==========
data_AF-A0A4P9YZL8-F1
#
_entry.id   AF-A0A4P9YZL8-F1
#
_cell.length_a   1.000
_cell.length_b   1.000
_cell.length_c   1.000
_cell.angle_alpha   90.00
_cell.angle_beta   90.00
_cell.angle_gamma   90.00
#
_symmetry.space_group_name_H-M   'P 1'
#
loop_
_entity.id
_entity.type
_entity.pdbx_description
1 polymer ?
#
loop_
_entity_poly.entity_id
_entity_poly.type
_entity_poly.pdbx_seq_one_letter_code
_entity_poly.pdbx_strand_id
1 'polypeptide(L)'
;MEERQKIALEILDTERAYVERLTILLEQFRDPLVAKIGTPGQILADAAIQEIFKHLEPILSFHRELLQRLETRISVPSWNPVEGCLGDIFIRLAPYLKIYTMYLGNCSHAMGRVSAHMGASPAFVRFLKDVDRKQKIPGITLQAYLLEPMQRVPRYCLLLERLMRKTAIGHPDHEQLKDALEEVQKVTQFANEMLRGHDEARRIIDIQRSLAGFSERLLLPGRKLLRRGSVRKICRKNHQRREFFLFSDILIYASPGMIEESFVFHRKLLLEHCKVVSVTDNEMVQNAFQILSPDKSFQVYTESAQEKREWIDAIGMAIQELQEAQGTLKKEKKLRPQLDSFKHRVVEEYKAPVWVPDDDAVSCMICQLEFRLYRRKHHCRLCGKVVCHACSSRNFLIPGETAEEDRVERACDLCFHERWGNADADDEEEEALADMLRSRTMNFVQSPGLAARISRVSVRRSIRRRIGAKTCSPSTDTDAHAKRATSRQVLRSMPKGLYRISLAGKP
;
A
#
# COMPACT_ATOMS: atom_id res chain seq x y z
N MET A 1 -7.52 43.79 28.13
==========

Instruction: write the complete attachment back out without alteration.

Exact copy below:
data_AF-A0A4P9YZL8-F1
#
_entry.id   AF-A0A4P9YZL8-F1
#
_cell.length_a   1.000
_cell.length_b   1.000
_cell.length_c   1.000
_cell.angle_alpha   90.00
_cell.angle_beta   90.00
_cell.angle_gamma   90.00
#
_symmetry.space_group_name_H-M   'P 1'
#
loop_
_entity.id
_entity.type
_entity.pdbx_description
1 polymer ?
#
loop_
_entity_poly.entity_id
_entity_poly.type
_entity_poly.pdbx_seq_one_letter_code
_entity_poly.pdbx_strand_id
1 'polypeptide(L)'
;MEERQKIALEILDTERAYVERLTILLEQFRDPLVAKIGTPGQILADAAIQEIFKHLEPILSFHRELLQRLETRISVPSWNPVEGCLGDIFIRLAPYLKIYTMYLGNCSHAMGRVSAHMGASPAFVRFLKDVDRKQKIPGITLQAYLLEPMQRVPRYCLLLERLMRKTAIGHPDHEQLKDALEEVQKVTQFANEMLRGHDEARRIIDIQRSLAGFSERLLLPGRKLLRRGSVRKICRKNHQRREFFLFSDILIYASPGMIEESFVFHRKLLLEHCKVVSVTDNEMVQNAFQILSPDKSFQVYTESAQEKREWIDAIGMAIQELQEAQGTLKKEKKLRPQLDSFKHRVVEEYKAPVWVPDDDAVSCMICQLEFRLYRRKHHCRLCGKVVCHACSSRNFLIPGETAEEDRVERACDLCFHERWGNADADDEEEEALADMLRSRTMNFVQSPGLAARISRVSVRRSIRRRIGAKTCSPSTDTDAHAKRATSRQVLRSMPKGLYRISLAGKP
;
A
#
# COMPACT_ATOMS: atom_id res chain seq x y z
N MET A 1 -7.52 43.79 28.13